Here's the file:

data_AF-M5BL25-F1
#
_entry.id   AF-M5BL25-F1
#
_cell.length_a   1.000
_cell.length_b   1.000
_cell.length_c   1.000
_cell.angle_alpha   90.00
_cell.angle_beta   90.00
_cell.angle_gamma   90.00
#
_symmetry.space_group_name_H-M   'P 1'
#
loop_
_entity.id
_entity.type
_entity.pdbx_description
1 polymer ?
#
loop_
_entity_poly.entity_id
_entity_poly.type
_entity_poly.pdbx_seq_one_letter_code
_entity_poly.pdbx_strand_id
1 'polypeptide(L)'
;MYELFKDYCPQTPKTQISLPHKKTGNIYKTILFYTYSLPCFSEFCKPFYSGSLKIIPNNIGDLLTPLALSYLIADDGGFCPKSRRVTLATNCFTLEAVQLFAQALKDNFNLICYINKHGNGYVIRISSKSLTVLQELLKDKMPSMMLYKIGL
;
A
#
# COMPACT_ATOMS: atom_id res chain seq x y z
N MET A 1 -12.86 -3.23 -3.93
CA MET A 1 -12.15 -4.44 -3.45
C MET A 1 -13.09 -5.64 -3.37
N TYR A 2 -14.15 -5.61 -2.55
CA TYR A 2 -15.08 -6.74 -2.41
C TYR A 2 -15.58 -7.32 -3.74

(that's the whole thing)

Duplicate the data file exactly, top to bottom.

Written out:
data_AF-M5BL25-F1
#
_entry.id   AF-M5BL25-F1
#
_cell.length_a   1.000
_cell.length_b   1.000
_cell.length_c   1.000
_cell.angle_alpha   90.00
_cell.angle_beta   90.00
_cell.angle_gamma   90.00
#
_symmetry.space_group_name_H-M   'P 1'
#
loop_
_entity.id
_entity.type
_entity.pdbx_description
1 polymer ?
#
loop_
_entity_poly.entity_id
_entity_poly.type
_entity_poly.pdbx_seq_one_letter_code
_entity_poly.pdbx_strand_id
1 'polypeptide(L)'
;MYELFKDYCPQTPKTQISLPHKKTGNIYKTILFYTYSLPCFSEFCKPFYSGSLKIIPNNIGDLLTPLALSYLIADDGGFCPKSRRVTLATNCFTLEAVQLFAQALKDNFNLICYINKHGNGYVIRISSKSLTVLQELLKDKMPSMMLYKIGL
;
A
#
# COMPACT_ATOMS: atom_id res chain seq x y z
N MET A 1 -12.86 -3.23 -3.93
CA MET A 1 -12.15 -4.44 -3.45
C MET A 1 -13.09 -5.64 -3.37
N TYR A 2 -14.15 -5.61 -2.55
CA TYR A 2 -15.08 -6.74 -2.41
C TYR A 2 -15.58 -7.32 -3.74